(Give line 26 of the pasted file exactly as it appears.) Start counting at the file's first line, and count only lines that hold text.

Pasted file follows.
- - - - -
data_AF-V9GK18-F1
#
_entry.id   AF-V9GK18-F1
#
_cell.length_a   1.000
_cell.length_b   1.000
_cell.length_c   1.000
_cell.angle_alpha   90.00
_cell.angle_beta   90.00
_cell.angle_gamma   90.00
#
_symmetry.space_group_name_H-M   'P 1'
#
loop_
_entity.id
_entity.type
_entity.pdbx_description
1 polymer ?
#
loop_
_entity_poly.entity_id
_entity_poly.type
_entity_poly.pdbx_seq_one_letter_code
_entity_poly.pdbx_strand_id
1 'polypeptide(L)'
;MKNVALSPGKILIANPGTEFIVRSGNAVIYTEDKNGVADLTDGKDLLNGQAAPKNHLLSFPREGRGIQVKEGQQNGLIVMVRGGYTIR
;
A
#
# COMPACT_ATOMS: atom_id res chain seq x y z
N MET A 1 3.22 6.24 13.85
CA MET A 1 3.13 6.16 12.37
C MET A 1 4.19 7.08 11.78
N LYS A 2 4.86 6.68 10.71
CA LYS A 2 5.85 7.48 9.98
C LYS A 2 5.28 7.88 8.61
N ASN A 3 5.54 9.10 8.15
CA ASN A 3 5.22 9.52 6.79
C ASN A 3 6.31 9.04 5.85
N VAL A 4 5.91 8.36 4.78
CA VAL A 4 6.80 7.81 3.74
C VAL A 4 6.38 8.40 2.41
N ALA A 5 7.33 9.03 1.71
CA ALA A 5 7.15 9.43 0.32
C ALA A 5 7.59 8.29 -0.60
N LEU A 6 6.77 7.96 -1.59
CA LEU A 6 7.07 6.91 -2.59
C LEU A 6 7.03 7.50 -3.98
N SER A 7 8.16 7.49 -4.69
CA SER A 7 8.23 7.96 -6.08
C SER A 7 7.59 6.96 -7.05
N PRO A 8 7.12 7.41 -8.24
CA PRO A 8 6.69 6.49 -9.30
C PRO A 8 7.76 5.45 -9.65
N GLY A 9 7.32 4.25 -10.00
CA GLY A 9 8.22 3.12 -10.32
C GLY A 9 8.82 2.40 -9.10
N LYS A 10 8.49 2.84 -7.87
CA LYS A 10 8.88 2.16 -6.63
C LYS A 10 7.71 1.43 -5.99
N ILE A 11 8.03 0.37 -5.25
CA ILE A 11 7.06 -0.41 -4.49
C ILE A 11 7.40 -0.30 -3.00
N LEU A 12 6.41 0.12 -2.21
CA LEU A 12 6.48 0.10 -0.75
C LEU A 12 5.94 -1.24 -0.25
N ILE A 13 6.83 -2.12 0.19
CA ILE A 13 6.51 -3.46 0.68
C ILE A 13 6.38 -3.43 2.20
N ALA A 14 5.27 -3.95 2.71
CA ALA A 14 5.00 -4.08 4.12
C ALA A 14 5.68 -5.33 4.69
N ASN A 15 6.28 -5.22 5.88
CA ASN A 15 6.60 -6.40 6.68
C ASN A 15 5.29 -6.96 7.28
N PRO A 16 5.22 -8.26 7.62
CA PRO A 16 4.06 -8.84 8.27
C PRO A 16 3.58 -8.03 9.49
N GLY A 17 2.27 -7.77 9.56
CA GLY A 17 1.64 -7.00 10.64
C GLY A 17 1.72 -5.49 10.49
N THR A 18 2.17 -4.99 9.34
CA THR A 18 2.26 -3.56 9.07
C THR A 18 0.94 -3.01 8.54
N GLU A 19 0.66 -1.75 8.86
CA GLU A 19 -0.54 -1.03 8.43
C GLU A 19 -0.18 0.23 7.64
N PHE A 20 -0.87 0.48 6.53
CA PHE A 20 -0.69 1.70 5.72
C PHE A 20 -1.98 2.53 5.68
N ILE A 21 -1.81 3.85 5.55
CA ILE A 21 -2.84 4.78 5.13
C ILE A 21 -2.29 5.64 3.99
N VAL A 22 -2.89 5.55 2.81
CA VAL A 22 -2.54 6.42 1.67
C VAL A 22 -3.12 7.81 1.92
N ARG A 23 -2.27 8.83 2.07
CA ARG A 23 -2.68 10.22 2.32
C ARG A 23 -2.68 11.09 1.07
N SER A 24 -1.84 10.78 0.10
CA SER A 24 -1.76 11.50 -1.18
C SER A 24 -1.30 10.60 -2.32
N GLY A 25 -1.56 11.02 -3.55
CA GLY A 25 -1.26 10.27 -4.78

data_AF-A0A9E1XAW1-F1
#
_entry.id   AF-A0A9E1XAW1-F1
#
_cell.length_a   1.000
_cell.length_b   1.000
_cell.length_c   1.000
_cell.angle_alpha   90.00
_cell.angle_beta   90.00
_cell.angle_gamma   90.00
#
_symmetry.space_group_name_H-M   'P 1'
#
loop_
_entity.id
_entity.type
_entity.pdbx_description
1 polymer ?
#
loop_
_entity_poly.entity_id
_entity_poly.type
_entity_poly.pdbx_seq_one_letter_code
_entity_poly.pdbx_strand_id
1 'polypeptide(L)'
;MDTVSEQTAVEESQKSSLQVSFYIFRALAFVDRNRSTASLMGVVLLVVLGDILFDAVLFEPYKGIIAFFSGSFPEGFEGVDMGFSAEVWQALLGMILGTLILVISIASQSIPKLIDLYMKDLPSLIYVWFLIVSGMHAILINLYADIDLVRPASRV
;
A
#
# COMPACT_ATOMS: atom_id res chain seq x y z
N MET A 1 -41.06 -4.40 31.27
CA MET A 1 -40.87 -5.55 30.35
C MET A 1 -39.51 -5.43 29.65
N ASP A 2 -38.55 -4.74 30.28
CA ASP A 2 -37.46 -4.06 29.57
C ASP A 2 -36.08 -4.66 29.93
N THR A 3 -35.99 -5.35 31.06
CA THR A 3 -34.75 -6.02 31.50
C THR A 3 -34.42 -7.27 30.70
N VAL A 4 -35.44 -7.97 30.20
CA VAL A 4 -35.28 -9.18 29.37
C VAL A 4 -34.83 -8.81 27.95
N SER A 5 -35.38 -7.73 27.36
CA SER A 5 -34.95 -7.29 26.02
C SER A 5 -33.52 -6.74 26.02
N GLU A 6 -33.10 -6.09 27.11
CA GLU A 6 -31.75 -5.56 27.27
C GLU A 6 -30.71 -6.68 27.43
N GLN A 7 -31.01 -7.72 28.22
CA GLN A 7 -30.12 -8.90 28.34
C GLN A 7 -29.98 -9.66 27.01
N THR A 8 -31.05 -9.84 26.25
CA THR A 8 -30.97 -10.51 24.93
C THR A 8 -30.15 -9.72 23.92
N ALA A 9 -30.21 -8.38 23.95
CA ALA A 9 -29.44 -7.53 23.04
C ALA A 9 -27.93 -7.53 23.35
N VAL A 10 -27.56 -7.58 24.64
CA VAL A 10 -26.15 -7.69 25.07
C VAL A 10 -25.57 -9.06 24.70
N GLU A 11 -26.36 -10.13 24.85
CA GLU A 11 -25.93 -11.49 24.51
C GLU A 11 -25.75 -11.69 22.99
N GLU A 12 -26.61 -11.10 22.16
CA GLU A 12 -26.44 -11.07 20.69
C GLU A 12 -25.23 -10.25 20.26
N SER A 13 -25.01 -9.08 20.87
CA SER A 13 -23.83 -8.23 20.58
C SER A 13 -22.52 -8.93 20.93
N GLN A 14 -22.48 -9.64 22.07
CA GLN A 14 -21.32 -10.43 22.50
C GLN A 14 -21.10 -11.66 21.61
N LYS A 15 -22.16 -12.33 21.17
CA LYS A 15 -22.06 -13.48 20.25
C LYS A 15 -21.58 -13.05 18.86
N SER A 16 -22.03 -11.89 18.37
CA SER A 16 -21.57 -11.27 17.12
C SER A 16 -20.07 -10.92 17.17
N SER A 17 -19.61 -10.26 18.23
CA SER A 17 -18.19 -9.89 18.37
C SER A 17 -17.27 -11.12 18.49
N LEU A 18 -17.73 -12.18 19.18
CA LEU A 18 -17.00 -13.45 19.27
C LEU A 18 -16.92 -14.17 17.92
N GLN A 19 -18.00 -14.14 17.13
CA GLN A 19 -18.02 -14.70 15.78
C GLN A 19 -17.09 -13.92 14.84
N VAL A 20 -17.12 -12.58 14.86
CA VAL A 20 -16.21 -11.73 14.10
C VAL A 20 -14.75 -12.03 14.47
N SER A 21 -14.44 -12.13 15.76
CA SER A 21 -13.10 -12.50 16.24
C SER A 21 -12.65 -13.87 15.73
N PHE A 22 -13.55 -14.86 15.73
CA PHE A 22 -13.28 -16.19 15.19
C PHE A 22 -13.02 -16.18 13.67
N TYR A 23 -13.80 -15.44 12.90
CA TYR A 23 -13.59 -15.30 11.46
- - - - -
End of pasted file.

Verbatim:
;MKNVALSPGKILIANPGTEFIVRSGNAVIYTEDKNGVADLTDGKDLLNGQAAPKNHLLSFPREGRGIQVKEGQQNGLIVMVRGGYTIR